Photo Credit: Eric Francis

With Big Ten West Wide Open, Whipple Challenges Offense To Believe It Can Win

October 05, 2022

Offensive coordinator Mark Whipple delivered 16 minutes of honest-packed answers during Tuesday’s post-practice meeting with media.

He’s frustrated. At one point saying the expectations and visions for this Huskers offense may not align with his own. The Huskers pulled out a tight win against Indiana — the first tie game entering the fourth quarter that Nebraska’s won since the 2020 Rutgers game.

“I don’t really know if they think we can win every game,” Whipple said. “We’re good enough, I think, OK? I’m no genius but we could win these games.”

Don’t just make a bowl game. Win the Big Ten West, Whipple reiterated. And right now, despite all the turmoil the Huskers have endured, Nebraska’s tied atop the division.

So why would the offense second guess itself?

Well, Nebraska has scored on its opening drive in five of the last six games. The Huskers have followed that up with a score on the second drive none of those times. Against Indiana the offense rattled off an eight-play, 55-yard touchdown drive midway through the second quarter before grounding out. The Huskers produced 18 total yards across their following six drives. Half of those drives ended with negative yardage. Penalties littered those drives, which Whipple also took exception with. He didn’t understand how an offense not penalized in the opening game of the season committed that many infractions.

Against Oklahoma, a top-10 defense at the time, the Huskers followed their opening drive with four drives of six plays or less and none that went beyond 18 yards. One of those drives ended in a turnover on downs at the Oklahoma 18. The Huskers faced 2nd and 6 at the OU 23 and couldn’t move the chains on three consecutive runs.

Nebraska averages 31.4 points per game. That’s seventh in the Big Ten. Running back Anthony Grant is fourth in the conference with a 120-yard average. Quarterback Casey Thompson is averaging 253 yards with a 149.6 QB efficiency rating (47th in the country). Thompson’s also been knocked down and battered for much of the year. Indiana sacked, hurried and hit Thompson, something the quarterback is working with the offensive line on. Sacks and intentional grounding penalties occurred when the Huskers’ drives stalled in the second quarter on Saturday.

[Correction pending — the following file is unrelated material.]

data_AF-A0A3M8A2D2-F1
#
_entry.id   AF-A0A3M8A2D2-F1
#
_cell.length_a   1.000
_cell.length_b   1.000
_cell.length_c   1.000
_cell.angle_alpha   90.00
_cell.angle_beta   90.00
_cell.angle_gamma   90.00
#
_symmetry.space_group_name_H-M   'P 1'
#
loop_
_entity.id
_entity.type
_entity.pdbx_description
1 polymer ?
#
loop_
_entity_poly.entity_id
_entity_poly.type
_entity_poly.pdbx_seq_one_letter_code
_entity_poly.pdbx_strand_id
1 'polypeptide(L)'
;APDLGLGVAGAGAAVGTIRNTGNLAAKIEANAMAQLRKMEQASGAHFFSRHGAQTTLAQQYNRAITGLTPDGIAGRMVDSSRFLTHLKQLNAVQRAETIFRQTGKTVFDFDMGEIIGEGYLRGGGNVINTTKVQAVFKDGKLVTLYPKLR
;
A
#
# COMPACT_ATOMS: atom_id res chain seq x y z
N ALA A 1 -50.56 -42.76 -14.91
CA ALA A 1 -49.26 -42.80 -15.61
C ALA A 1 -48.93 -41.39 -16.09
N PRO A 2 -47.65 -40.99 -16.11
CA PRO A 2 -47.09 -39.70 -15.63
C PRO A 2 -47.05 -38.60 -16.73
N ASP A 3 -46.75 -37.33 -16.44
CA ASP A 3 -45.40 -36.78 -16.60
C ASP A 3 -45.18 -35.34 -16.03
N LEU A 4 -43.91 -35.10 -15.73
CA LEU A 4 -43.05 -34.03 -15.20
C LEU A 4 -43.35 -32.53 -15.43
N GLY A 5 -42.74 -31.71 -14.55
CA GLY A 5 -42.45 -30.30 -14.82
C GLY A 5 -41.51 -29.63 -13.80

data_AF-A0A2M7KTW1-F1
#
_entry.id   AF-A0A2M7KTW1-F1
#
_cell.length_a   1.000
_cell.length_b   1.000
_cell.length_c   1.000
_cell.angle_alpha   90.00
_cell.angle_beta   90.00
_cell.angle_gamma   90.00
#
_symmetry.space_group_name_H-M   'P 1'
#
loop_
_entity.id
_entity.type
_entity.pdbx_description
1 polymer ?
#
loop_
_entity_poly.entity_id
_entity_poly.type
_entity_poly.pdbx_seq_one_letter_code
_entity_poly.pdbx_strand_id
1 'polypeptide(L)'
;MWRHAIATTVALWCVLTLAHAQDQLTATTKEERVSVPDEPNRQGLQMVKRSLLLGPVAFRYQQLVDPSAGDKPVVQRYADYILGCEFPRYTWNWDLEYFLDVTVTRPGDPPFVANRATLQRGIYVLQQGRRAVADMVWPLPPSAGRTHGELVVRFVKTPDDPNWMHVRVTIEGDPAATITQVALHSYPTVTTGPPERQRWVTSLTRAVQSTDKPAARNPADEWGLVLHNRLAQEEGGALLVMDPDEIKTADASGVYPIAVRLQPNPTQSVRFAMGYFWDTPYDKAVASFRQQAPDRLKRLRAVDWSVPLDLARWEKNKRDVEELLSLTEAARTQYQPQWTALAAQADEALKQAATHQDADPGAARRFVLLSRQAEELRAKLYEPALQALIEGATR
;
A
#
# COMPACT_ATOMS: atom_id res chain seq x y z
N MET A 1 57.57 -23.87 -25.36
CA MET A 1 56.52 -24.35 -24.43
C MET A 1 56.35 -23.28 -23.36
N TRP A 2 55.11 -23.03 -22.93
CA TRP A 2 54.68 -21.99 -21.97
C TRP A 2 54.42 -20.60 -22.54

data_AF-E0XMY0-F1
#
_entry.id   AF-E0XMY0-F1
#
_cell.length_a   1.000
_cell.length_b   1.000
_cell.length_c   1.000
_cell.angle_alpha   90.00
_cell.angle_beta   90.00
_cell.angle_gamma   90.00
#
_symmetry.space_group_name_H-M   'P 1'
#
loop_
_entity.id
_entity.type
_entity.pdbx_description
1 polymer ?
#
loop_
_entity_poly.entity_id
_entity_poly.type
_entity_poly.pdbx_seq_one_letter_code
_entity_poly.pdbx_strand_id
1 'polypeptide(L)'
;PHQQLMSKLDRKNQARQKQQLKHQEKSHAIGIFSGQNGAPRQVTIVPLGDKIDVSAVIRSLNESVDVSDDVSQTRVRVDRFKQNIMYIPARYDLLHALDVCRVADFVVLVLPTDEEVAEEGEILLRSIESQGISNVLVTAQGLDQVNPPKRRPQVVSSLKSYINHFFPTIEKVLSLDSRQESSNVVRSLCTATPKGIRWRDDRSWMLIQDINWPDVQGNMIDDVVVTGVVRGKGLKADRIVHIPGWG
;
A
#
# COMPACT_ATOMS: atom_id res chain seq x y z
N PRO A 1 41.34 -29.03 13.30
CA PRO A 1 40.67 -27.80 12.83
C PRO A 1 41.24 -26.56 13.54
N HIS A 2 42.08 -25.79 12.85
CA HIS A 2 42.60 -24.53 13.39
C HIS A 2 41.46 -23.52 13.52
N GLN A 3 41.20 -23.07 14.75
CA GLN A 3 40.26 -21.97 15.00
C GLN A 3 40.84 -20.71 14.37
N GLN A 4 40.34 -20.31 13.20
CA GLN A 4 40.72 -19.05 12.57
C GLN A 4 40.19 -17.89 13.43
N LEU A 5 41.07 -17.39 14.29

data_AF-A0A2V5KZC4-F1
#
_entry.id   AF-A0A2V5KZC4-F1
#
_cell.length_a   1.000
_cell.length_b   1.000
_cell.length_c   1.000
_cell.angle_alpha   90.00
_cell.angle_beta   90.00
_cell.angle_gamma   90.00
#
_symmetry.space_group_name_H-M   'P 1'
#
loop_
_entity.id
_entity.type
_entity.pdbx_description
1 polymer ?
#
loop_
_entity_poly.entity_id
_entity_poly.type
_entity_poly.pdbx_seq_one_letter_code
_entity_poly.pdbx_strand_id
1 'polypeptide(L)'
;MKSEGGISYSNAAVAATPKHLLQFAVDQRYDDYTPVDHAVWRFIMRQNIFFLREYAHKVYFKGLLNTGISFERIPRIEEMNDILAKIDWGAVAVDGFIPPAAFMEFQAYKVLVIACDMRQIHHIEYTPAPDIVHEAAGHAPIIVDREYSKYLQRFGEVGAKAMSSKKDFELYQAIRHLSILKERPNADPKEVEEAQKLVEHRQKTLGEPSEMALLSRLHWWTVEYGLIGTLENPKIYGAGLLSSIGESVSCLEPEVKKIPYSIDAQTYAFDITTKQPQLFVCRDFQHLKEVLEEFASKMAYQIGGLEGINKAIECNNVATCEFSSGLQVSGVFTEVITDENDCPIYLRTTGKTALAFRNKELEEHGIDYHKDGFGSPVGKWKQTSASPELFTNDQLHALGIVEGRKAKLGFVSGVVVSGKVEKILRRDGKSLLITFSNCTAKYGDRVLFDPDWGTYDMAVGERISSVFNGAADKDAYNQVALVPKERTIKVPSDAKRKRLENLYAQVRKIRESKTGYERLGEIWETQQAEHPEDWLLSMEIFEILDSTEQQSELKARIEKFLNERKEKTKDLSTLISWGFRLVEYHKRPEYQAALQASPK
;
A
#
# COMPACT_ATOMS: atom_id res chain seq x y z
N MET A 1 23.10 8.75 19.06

The Huskers are 63rd in the country in Sharp College Football’s advanced statistic Beta_Rank score. That measures offensive performance on drive efficiency, play efficiency, explosiveness and avoiding negative plays. Only Indiana (97th), Northwestern (99th), Rutgers (105th) and Iowa (108th) rank lower nationally among Big Ten teams. Nebraska also averages 0.372 points per play in games against other FBS opponents. That’s 72nd in the country.

And yet, the Huskers are tied for the division lead.

“That was the goal when I got here: to win the West and get to Indianapolis,” Whipple said. “After half the season, or five games, and Northwestern has to lose, obviously, I just pointed that out to them.”

The offense could still get to Whipple’s expectations with work and growth. The offensive coordinator said he saw that in two days of practice during their shortened week.

Nebraska’s lone offensive captain Travis Vokolek reiterated the team’s mentality of going 1-0 in the week. That was the mentality going into the Indiana game and Vokolek reassured it hasn’t changed. They can’t win the division in a week, all they can do is prepare for, and play Rutgers. And now that the Huskers have won a close conference game, perhaps they can build a belief to win each game.

“Now that we have finished a close game, guys can see that it can be done,” Vokolek said on Monday. “It definitely gives us confidence. We understand that we have done it once, so now we have to do it for every game, when situations arise that we have to finish football games. So definitely a confidence builder.”

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